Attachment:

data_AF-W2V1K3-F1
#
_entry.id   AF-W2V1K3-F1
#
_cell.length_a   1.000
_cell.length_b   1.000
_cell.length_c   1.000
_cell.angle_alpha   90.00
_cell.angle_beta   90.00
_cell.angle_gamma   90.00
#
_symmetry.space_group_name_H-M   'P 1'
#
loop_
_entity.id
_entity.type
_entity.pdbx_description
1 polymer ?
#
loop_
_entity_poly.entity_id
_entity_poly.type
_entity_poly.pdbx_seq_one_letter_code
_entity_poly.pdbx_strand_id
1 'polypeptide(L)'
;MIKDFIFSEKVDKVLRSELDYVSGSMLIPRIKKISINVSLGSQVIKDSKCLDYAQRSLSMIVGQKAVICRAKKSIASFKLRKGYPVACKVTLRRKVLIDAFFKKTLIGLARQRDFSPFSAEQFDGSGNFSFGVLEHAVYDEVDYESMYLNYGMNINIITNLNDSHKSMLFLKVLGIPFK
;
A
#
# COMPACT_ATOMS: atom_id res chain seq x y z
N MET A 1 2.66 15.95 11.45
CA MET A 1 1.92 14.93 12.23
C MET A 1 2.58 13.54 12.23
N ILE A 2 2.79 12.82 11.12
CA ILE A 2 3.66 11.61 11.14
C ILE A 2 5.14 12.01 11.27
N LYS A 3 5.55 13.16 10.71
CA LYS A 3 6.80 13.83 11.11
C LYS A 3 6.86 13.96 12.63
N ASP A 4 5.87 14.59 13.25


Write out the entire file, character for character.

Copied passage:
data_AF-W2V1K3-F1
#
_entry.id   AF-W2V1K3-F1
#
_cell.length_a   1.000
_cell.length_b   1.000
_cell.length_c   1.000
_cell.angle_alpha   90.00
_cell.angle_beta   90.00
_cell.angle_gamma   90.00
#
_symmetry.space_group_name_H-M   'P 1'
#
loop_
_entity.id
_entity.type
_entity.pdbx_description
1 polymer ?
#
loop_
_entity_poly.entity_id
_entity_poly.type
_entity_poly.pdbx_seq_one_letter_code
_entity_poly.pdbx_strand_id
1 'polypeptide(L)'
;MIKDFIFSEKVDKVLRSELDYVSGSMLIPRIKKISINVSLGSQVIKDSKCLDYAQRSLSMIVGQKAVICRAKKSIASFKLRKGYPVACKVTLRRKVLIDAFFKKTLIGLARQRDFSPFSAEQFDGSGNFSFGVLEHAVYDEVDYESMYLNYGMNINIITNLNDSHKSMLFLKVLGIPFK
;
A
#
# COMPACT_ATOMS: atom_id res chain seq x y z
N MET A 1 2.66 15.95 11.45
CA MET A 1 1.92 14.93 12.23
C MET A 1 2.58 13.54 12.23
N ILE A 2 2.79 12.82 11.12
CA ILE A 2 3.66 11.61 11.14
C ILE A 2 5.14 12.01 11.27
N LYS A 3 5.55 13.16 10.71
CA LYS A 3 6.80 13.83 11.11
C LYS A 3 6.86 13.96 12.63
N ASP A 4 5.87 14.59 13.25